While such horror stories have always been around, they’re now directly linked to the inadequacies of universal credit, including five- to six-week waits to process claims, rejections, disputes, cuts, repayable loans…

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‘Second-class’ NHS workers struggle as pay gap widens | Society | The Guardian


Tens of thousands of NHS workers are struggling to get by on the minimum wage because their private sector employers are failing to match public sector pay rises.

The estimated 100,000 low-paid cleaners, porters, security guards and catering staff who work for private contractors in hospitals across England are being treated as “second-class employees”, thanks to a growing pay divide between public and private sector workers, according to the country’s leading health union.

Concerns about the pay gap come ahead of tax and benefit changes in the new tax year, starting this weekend, which have fuelled fears of widening inequality, despite claims by the government that the era of austerity is over.

In today’s Observer, Torsten Bell, director of the Resolution Foundation, said that “adding up all the new tax and benefit changes for the year equals an average £280 income boost for the richest fifth of households, but a £100 reduction for the poorest fifth.

“This year’s income tax cuts are bumper ones for higher earners. If you earn £30,000 you’ll be £73 better off, but make that £327 for those of you on £60,000 – over four times as much. Our lowest 40% of earners will gain precisely zero,” Bell adds.

Last year, as part of a three-year deal negotiated by health unions, the lowest-paid workers in the NHS were given a £2,000 pay rise. But the overwhelming majority of health staff employed on private contracts have not received a penny, Unison says.

The union has called on the government to end the pay divide, which it claims is causing outsourced staff to leave in search of better-paid jobs.

The union wants everyone employed within the NHS to be on at least £9.03 an hour. Currently, Unison says, many staff employed by private contractors are on the minimum wage, which is £8.21, equating to an annual salary of £16,052, or £1,600 a year less than what the lowest-paid worker in the public sector is paid.

 

Source: ‘Second-class’ NHS workers struggle as pay gap widens | Society | The Guardian

Calls to increase pay for care staff-The elephant in the room is that you can be paid more for stacking shelves | Care Industry News


Mr Kreft said the nub of the problem was that the funding formulas of local councils and health boards were predicated on paying low wages to staff and the “minimal differentials” for taking on extra responsibilities – and that had to change.

The call from Mario Kreft MBE, the chair of Care Forum Wales, came after a campaign was launched to attract another 20,000 social care workers in Wales over the next 10 years.

At the moment, he said, the funding formulas of local councils and health boards were predicted on paying low wages to staff.

The number of elderly people over the age of 80 is predicted to increase by 44% in Wales by 2030 and there are currently about 113,000 people in the social care sector.

The ageing population in Wales and relatively older workforce are two factors for the increasing demand for care workers in people’s own homes, workers in residential care and more nurses.

Mr Kreft said: “I can certainly say that this is the most challenging time that social care providers have faced in trying to recruit sufficient workers to actually do the job.

 

Source: Calls to increase pay for care staff-The elephant in the room is that you can be paid more for stacking shelves | Care Industry News

What It’s Like To Slash Millions From Council Budgets: Local Authority Leaders Speak Out | HuffPost UK


After a decade of deep and sustained reductions to local government budgets, councils across the country must find further savings next year as main grant funding, the money local authorities receive from central government to provide services, is cut by a further £1.3billion (or 36%).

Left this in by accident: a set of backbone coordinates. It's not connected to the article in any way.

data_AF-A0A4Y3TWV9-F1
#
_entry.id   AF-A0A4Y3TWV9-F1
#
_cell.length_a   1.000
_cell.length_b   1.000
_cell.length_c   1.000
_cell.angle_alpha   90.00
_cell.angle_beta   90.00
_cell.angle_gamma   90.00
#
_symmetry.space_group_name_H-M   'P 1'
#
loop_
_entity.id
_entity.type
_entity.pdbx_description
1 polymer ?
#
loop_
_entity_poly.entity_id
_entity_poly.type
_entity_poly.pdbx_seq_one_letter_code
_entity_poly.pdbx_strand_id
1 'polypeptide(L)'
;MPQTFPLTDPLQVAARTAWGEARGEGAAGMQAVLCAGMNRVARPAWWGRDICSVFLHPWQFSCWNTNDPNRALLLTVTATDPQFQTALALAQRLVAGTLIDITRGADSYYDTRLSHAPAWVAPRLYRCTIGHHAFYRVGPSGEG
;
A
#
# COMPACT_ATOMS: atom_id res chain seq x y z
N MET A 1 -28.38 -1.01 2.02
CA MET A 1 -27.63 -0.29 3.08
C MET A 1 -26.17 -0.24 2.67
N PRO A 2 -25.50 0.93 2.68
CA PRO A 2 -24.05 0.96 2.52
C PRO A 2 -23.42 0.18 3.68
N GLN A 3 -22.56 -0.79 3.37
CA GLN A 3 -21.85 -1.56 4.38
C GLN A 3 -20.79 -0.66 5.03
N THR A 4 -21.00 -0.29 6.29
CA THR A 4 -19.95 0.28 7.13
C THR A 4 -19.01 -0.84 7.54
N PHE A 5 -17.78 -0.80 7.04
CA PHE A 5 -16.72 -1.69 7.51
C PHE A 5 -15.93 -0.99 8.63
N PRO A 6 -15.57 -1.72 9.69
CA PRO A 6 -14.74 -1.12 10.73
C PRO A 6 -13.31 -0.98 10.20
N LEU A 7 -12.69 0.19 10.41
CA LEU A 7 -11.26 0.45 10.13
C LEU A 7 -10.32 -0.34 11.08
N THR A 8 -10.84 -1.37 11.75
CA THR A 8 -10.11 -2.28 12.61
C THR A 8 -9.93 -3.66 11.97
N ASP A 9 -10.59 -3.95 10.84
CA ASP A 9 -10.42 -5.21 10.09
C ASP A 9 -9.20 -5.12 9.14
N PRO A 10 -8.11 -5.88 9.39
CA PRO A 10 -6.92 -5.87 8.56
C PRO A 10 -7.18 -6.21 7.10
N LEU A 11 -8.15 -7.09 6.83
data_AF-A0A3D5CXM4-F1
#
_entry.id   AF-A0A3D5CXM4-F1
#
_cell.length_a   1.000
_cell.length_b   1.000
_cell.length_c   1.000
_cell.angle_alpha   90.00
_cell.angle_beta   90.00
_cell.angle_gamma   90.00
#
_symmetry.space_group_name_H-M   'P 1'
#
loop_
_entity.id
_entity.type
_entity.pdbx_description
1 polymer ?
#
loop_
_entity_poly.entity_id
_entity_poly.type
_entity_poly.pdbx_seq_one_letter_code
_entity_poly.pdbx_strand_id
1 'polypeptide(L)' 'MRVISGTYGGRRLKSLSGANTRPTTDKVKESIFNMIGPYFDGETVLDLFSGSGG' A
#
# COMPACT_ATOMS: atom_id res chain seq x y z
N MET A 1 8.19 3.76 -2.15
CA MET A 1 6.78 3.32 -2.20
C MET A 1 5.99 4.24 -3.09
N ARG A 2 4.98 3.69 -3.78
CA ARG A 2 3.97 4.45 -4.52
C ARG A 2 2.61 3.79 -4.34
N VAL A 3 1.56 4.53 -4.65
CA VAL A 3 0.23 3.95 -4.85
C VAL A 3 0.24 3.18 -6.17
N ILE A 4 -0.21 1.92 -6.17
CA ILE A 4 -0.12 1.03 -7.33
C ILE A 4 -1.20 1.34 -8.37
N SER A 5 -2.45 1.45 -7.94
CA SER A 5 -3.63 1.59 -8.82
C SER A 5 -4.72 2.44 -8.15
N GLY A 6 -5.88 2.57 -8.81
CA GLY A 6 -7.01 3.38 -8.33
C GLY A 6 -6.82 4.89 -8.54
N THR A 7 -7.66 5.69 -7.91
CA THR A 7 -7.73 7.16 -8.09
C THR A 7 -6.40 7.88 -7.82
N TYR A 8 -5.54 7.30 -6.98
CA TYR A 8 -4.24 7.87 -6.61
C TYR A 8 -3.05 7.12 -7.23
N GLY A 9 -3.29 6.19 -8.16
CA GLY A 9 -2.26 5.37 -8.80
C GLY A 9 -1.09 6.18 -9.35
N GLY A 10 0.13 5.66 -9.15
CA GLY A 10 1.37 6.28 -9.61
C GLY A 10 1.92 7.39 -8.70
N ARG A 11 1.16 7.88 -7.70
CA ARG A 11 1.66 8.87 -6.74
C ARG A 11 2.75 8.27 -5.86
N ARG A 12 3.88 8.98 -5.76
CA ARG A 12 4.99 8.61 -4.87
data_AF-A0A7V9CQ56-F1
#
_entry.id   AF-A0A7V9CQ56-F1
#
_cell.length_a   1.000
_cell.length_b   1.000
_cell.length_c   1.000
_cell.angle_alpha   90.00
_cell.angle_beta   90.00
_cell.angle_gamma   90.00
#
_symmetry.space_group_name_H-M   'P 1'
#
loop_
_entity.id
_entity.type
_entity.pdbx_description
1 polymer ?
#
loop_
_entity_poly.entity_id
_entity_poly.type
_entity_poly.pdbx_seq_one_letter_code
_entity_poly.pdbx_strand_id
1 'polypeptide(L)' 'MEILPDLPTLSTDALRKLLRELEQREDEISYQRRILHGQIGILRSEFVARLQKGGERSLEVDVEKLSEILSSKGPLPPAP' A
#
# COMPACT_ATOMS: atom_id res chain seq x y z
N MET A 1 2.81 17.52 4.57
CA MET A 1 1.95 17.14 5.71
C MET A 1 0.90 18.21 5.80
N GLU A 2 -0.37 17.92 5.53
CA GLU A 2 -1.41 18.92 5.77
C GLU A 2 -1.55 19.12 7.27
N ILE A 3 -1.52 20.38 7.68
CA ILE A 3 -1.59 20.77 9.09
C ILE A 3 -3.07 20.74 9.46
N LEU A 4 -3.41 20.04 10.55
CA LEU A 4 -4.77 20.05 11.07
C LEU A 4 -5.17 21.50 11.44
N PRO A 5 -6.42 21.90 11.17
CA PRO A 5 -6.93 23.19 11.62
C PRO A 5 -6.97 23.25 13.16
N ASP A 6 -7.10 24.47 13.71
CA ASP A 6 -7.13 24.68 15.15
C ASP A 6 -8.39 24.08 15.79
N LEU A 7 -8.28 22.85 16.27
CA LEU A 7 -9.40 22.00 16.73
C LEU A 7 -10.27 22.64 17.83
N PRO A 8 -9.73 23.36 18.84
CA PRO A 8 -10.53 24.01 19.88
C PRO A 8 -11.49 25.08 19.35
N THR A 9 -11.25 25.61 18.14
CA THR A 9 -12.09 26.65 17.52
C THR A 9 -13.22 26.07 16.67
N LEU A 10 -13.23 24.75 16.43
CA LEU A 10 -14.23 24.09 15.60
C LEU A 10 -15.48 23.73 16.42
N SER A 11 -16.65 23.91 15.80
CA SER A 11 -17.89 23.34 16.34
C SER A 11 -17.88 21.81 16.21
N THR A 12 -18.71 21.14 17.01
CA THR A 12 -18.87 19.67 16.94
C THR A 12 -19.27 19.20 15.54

HuffPost UK has been exploring how the loss of individual services at a local level link up to paint a national portrait of austerity in our series What It’s Like To Lose. As part of that, we have asked council leaders what it is like to sit at that table and decide where to put the black lines.

The task was described by one former Labour finance chief as “brutal” while another Conservative town hall boss said in some ways the role was “a poisoned chalice”.

It does show that we are really, really short of money that we’re actually doing this. I mean there is no money.Richard Cornelius, Conservative leader of Barnet Council

Local authorities have already lost 60 per cent of their central government funding over the last decade, substantially more than any other area of government.

And it is in the loss of valued frontline community services that the impact of this austerity drive is most keenly felt by communities across England.

Regardless of their political stripes, the council leaders each called on central government to invest in local government saying the cuts have now gone far enough. But some were keen to say that this should not be at the expense of further borrowing by government.

So acute are the financial challenges that even the most basic services – such as libraries, school lollipop patrols, street lighting, road repairs, cemetery maintenance, gritting – are now being considered for savings.

HuffPost UK delved into reduction proposals at five local authorities across the country, and found all of these services mentioned in the various plans.

 

Source: What It’s Like To Slash Millions From Council Budgets: Local Authority Leaders Speak Out | HuffPost UK

Employment may be at an all time high in the UK, but austerity, low pay and zero hours contracts inflict misery on millions : The Conversation


The UK government has asserted that “employment is at a record high” with 32.5m people in work, the highest figure since 1971. It took to Twitter to trumpet its success but failed to mention further findings from the Resolution Foundation, a non-partisan think tank that aims to improve living standards for those on low and middle incomes. In response, the foundation tweeted that this “impressive employment record” takes place alongside the “biggest pay squeeze” in over two centuries and huge cuts to state welfare.

 

Source: Employment may be at an all time high in the UK, but austerity, low pay and zero hours contracts inflict misery on millions : The Conversation